One of the newest features, which has clearly borrowed from the Assassin’s Creed series, is the introduction of a war table, that plays out a meta game whereby various Inquisition agents can be sent out to complete missions for various rewards, or to open up new areas to explore. The war table doesn’t have a lot of depth, and every mission I sent out was successful, which meant I was only sacrificing the allocated time of my agents to achieve guaranteed results.
In terms of opening new areas or completing the main quest, a certain amount of Power is required to access the missions. This forces you to partake in, at the very least, Power-yielding side quests, which allocate a certain number of points depending on their difficulty. Thanks to the diversity of these quests, and the varying difficulty of the similarly categorised ones, it never felt like grinding, and it also was essential for character levelling before taking on later-level core quests.
As much as I was hoping BioWare would announce campaign co-op for Inquisition, I can understand the importance of preserving the single-player party experience and rarely found that I would have preferred human assistance during the solo experience. For fans of co-op, there’s a separate multiplayer mode that works as a one-to-four-player dungeon crawl. At launch, there are three main maps with four randomly determined routes, and from my time with it, playing with four players is definitely advised if you want any hope of getting from start to finish. It’s also advised to have the three classes covered in your four-person party, as specific loot rooms can only be opened by particular classes.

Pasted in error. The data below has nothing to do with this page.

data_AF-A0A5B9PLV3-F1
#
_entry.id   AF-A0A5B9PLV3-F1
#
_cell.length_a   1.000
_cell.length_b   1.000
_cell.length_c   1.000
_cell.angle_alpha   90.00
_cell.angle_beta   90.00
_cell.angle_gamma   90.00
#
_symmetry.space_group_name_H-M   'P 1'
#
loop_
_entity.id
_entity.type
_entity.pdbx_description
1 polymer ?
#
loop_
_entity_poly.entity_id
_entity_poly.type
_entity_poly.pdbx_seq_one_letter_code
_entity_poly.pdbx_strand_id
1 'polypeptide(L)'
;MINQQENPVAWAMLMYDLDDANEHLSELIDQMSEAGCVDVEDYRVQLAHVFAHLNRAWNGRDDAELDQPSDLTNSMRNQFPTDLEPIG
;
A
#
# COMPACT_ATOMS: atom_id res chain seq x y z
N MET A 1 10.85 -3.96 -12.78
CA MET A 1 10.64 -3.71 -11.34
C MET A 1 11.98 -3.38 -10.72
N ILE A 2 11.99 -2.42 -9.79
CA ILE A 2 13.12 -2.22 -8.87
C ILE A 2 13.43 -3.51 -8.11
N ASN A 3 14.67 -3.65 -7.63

Included VoIP – that actually works really well, even when playing with devs in Canada – helps keep the action real-time, as strategy is necessary for taking down the higher-level waves as you progress through the maps. It’s a hell of a lot of fun, with options to ‘prestige’ characters once you hit the level cap, but it was disconcerting to see an inbuilt micro-transaction option for loot. As far as my tests went, though, Inquisition’s multiplayer doesn’t embrace a pay-to-win model, and the premium component was simply a fast-track system for time-poor or impatient players.
Dragon Age: Inquisition is an epic experience that haunts you between play sessions, enticing you to come back for more. It may not hit the lofty heights of Skyrim, but it comes bloody close and, unlike its most obvious comparison, boasts consistently fantastic characters, a memorable and compelling storyline, and breathtaking visual fidelity out of the box.